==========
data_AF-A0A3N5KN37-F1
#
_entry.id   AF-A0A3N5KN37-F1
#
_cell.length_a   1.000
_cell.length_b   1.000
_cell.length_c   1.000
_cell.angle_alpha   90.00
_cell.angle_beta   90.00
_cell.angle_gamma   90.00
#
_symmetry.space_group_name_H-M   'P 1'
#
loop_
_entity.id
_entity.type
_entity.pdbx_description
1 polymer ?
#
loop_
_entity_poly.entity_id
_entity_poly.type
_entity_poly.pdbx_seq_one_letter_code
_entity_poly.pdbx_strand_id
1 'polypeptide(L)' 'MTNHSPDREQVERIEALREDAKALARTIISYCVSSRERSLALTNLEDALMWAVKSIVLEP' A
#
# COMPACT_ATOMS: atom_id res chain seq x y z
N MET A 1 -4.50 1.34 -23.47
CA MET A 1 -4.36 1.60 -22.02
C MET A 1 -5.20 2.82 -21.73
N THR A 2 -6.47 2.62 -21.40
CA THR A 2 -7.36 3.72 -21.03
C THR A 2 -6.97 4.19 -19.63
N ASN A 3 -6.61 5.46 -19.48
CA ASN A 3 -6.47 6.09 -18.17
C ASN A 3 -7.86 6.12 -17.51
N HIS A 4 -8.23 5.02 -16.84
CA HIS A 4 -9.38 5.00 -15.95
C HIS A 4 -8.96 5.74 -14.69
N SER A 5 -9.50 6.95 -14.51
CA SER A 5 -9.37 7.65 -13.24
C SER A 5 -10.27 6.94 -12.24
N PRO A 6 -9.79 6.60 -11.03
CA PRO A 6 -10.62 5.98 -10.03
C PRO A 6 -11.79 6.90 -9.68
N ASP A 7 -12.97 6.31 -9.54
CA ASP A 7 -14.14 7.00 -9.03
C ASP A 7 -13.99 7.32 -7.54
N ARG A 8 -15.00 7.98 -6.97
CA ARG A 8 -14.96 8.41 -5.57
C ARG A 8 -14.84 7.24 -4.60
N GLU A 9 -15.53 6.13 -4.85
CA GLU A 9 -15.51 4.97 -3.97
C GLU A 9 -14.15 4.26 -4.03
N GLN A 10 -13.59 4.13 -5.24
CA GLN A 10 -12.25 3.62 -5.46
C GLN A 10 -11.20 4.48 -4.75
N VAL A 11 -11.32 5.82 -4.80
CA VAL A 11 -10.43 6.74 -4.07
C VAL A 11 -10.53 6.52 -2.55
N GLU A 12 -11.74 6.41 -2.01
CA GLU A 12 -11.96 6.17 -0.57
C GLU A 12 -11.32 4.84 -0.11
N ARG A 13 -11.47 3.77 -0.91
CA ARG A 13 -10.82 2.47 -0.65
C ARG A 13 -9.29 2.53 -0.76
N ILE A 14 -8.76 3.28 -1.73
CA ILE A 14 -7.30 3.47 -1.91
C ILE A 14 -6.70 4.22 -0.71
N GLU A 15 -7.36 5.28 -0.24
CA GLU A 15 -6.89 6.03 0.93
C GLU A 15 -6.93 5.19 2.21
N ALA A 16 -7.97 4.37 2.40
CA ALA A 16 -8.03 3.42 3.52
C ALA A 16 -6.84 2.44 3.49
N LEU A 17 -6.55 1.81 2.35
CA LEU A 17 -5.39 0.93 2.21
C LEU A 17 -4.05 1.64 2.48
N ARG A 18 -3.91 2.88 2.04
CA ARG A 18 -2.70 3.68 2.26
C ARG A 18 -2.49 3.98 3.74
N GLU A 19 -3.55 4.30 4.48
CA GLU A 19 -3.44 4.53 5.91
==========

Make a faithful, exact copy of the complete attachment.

data_AF-A0A3N5KN37-F1
#
_entry.id   AF-A0A3N5KN37-F1
#
_cell.length_a   1.000
_cell.length_b   1.000
_cell.length_c   1.000
_cell.angle_alpha   90.00
_cell.angle_beta   90.00
_cell.angle_gamma   90.00
#
_symmetry.space_group_name_H-M   'P 1'
#
loop_
_entity.id
_entity.type
_entity.pdbx_description
1 polymer ?
#
loop_
_entity_poly.entity_id
_entity_poly.type
_entity_poly.pdbx_seq_one_letter_code
_entity_poly.pdbx_strand_id
1 'polypeptide(L)' 'MTNHSPDREQVERIEALREDAKALARTIISYCVSSRERSLALTNLEDALMWAVKSIVLEP' A
#
# COMPACT_ATOMS: atom_id res chain seq x y z
N MET A 1 -4.50 1.34 -23.47
CA MET A 1 -4.36 1.60 -22.02
C MET A 1 -5.20 2.82 -21.73
N THR A 2 -6.47 2.62 -21.40
CA THR A 2 -7.36 3.72 -21.03
C THR A 2 -6.97 4.19 -19.63
N ASN A 3 -6.61 5.46 -19.48
CA ASN A 3 -6.47 6.09 -18.17
C ASN A 3 -7.86 6.12 -17.51
N HIS A 4 -8.23 5.02 -16.84
CA HIS A 4 -9.38 5.00 -15.95
C HIS A 4 -8.96 5.74 -14.69
N SER A 5 -9.50 6.95 -14.51
CA SER A 5 -9.37 7.65 -13.24
C SER A 5 -10.27 6.94 -12.24
N PRO A 6 -9.79 6.60 -11.03
CA PRO A 6 -10.62 5.98 -10.03
C PRO A 6 -11.79 6.90 -9.68
N ASP A 7 -12.97 6.31 -9.54
CA ASP A 7 -14.14 7.00 -9.03
C ASP A 7 -13.99 7.32 -7.54
N ARG A 8 -15.00 7.98 -6.97
CA ARG A 8 -14.96 8.41 -5.57
C ARG A 8 -14.84 7.24 -4.60
N GLU A 9 -15.53 6.13 -4.85
CA GLU A 9 -15.51 4.97 -3.97
C GLU A 9 -14.15 4.26 -4.03
N GLN A 10 -13.59 4.13 -5.24
CA GLN A 10 -12.25 3.62 -5.46
C GLN A 10 -11.20 4.48 -4.75
N VAL A 11 -11.32 5.82 -4.80
CA VAL A 11 -10.43 6.74 -4.07
C VAL A 11 -10.53 6.52 -2.55
N GLU A 12 -11.74 6.41 -2.01
CA GLU A 12 -11.96 6.17 -0.57
C GLU A 12 -11.32 4.84 -0.11
N ARG A 13 -11.47 3.77 -0.91
CA ARG A 13 -10.82 2.47 -0.65
C ARG A 13 -9.29 2.53 -0.76
N ILE A 14 -8.76 3.28 -1.73
CA ILE A 14 -7.30 3.47 -1.91
C ILE A 14 -6.70 4.22 -0.71
N GLU A 15 -7.36 5.28 -0.24
CA GLU A 15 -6.89 6.03 0.93
C GLU A 15 -6.93 5.19 2.21
N ALA A 16 -7.97 4.37 2.40
CA ALA A 16 -8.03 3.42 3.52
C ALA A 16 -6.84 2.44 3.49
N LEU A 17 -6.55 1.81 2.35
CA LEU A 17 -5.39 0.93 2.21
C LEU A 17 -4.05 1.64 2.48
N ARG A 18 -3.91 2.88 2.04
CA ARG A 18 -2.70 3.68 2.26
C ARG A 18 -2.49 3.98 3.74
N GLU A 19 -3.55 4.30 4.48
CA GLU A 19 -3.44 4.53 5.91